“His ability to swing consistently at pitches in the strike zone is something that is a big focus of his,” Red Sox director of player development Brian Abraham told MLB.com last week. “He has power. He drives the ball to all fields, despite the size, but being able to do that consistently with balls in the strike zone, it seems to be repetitive at times with a lot of our younger players. But that is really a huge difference maker for what makes big leaguers big leaguers.”
The emergent power wasn’t the result of a typical prospect growth spurt. Listed at 5-foot-8 and 152 pounds, Rafaela isn’t much larger than when he first signed in 2017, but he does pack a lot of strength into his small, wiry frame.
"He's really quick," Red Sox prospect Niko Kavadas, the organizational leader in OPS and slugging percentage, told MLB.com. "He's strong. The frame might not be huge, but there's a lot of strength in there. He moves so well. He's so free and so mobile and so quick-twitch. He's really strong."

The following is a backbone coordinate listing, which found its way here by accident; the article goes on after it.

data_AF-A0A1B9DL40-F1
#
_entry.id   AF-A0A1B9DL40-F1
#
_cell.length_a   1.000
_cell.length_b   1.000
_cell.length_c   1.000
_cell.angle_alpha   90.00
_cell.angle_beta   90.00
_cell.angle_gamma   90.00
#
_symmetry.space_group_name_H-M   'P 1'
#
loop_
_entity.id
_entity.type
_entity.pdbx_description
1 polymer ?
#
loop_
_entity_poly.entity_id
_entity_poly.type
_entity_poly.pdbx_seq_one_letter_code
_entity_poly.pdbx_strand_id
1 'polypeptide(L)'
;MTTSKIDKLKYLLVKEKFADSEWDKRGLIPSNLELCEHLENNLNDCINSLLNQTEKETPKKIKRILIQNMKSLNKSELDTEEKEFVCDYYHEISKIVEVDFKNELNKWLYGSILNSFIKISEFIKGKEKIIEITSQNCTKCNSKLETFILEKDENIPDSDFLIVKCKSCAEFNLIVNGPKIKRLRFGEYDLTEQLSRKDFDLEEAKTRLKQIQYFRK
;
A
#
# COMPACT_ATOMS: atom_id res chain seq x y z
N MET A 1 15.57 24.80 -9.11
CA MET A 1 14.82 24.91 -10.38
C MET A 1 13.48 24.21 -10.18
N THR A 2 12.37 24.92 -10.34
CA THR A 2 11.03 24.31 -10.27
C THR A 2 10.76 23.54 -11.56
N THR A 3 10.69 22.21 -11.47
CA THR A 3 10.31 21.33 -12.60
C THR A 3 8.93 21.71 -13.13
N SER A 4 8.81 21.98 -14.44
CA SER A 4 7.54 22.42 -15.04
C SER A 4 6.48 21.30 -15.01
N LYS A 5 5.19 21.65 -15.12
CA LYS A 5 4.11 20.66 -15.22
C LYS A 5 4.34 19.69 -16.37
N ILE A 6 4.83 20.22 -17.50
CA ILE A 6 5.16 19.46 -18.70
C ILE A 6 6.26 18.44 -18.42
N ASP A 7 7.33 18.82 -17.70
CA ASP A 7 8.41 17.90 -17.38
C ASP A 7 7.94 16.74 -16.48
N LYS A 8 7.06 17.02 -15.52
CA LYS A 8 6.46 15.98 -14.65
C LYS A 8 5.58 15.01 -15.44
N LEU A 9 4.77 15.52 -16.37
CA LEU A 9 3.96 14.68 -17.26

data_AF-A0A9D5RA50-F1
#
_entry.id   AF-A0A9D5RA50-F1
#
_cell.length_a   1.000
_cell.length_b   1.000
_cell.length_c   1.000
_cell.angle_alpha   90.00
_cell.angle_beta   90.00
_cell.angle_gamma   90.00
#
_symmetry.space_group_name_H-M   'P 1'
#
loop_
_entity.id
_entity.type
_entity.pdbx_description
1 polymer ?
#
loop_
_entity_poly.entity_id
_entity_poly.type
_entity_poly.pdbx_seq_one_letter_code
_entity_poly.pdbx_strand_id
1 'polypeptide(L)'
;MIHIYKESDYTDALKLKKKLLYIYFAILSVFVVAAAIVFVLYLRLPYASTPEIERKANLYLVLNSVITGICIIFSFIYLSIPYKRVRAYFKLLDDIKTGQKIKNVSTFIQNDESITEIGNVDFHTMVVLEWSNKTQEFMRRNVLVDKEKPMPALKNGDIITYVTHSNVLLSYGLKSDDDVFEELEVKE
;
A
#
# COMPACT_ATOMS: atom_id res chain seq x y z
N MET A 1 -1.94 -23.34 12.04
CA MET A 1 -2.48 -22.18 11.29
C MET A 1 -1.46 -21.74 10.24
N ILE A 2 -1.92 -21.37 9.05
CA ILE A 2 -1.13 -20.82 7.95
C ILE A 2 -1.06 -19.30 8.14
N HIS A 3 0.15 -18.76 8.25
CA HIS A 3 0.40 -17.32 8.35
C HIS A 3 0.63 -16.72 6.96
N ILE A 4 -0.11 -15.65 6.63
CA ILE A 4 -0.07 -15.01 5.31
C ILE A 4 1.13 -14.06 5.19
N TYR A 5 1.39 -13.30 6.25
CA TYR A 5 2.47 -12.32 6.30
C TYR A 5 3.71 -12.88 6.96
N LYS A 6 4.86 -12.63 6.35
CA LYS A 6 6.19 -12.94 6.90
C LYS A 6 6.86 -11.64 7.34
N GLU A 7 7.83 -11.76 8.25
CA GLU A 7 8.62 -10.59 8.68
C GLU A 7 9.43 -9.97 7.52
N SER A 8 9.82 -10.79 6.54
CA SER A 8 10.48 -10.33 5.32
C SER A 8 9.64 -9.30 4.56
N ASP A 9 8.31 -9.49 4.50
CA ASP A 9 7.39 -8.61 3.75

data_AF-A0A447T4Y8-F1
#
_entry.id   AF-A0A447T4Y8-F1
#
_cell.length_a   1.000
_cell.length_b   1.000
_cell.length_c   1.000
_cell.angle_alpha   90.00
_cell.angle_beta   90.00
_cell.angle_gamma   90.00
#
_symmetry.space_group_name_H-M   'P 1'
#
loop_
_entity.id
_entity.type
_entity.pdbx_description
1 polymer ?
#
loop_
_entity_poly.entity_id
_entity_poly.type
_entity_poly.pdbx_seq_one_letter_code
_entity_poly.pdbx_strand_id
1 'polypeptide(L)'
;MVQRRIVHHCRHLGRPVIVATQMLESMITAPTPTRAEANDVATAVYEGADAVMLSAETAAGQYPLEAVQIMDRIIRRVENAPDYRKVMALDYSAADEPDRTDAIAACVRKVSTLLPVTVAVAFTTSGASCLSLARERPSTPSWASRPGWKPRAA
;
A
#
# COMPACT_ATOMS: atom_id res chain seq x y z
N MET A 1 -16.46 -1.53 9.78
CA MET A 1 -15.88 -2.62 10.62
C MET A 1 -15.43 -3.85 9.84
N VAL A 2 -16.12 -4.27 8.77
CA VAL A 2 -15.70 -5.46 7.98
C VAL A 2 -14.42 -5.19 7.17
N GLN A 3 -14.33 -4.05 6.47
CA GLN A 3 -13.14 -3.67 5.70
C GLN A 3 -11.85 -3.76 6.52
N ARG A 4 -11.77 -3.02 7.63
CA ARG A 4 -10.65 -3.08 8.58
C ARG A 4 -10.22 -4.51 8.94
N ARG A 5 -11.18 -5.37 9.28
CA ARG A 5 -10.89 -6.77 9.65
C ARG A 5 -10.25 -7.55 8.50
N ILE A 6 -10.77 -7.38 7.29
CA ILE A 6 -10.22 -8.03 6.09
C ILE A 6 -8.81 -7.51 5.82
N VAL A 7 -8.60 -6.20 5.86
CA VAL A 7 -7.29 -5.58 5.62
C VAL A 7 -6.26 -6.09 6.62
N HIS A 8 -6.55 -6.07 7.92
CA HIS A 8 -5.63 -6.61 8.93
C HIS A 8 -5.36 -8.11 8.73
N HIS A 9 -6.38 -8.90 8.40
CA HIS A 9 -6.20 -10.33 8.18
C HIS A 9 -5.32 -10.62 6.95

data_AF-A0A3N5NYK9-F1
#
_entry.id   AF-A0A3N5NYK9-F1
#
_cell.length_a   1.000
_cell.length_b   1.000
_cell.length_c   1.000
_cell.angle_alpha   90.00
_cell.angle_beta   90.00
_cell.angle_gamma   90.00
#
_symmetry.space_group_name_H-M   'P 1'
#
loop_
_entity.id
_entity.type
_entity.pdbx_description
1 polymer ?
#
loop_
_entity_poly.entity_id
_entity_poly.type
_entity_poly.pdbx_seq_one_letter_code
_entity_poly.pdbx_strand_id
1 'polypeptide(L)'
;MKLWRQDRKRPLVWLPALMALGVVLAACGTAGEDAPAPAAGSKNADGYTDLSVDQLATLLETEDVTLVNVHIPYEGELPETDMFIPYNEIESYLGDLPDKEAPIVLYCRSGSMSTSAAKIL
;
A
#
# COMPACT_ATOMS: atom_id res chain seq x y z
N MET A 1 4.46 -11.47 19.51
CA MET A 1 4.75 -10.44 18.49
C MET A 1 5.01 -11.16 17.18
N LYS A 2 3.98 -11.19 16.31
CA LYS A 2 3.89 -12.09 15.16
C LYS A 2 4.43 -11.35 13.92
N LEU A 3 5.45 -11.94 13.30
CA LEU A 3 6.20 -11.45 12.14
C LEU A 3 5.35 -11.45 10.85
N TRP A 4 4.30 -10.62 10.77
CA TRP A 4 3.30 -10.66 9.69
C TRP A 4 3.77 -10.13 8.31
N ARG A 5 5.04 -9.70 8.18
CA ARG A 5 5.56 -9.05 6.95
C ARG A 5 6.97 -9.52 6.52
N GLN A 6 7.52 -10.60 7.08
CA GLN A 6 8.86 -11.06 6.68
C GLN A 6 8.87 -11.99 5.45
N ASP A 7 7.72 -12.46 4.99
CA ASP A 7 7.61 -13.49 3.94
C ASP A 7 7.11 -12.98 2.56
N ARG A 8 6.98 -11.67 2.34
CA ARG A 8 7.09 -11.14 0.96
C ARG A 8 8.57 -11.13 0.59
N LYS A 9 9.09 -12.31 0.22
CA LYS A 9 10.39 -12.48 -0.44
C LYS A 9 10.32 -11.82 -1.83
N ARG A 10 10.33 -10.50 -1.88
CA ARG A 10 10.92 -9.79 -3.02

With the bat starting to catch up to the glove, Rafaela quickly climbed the prospect rankings. He was unranked entering last season but will start this season in the Top 100.
Even while he continues to make strides at the plate, Rafaela's defensive wizardry and athleticism remain his headlining characteristics. While his future landing spot remains uncertain, he’s likely to be the best defender available at two premier positions. Rafaela has played more center field than shortstop the past two seasons, with a particularly increased workload in the outfield in 2022.
“Being able to play two premier positions above average is rare. And he can do that.” Abraham told MiLB.com in November. “The athleticism, the range, the hands, the quickness, the arm strength – just a ton of instincts in both areas. Seemingly gets to where the ball is before it's there. More often than not, it’s always a step ahead.”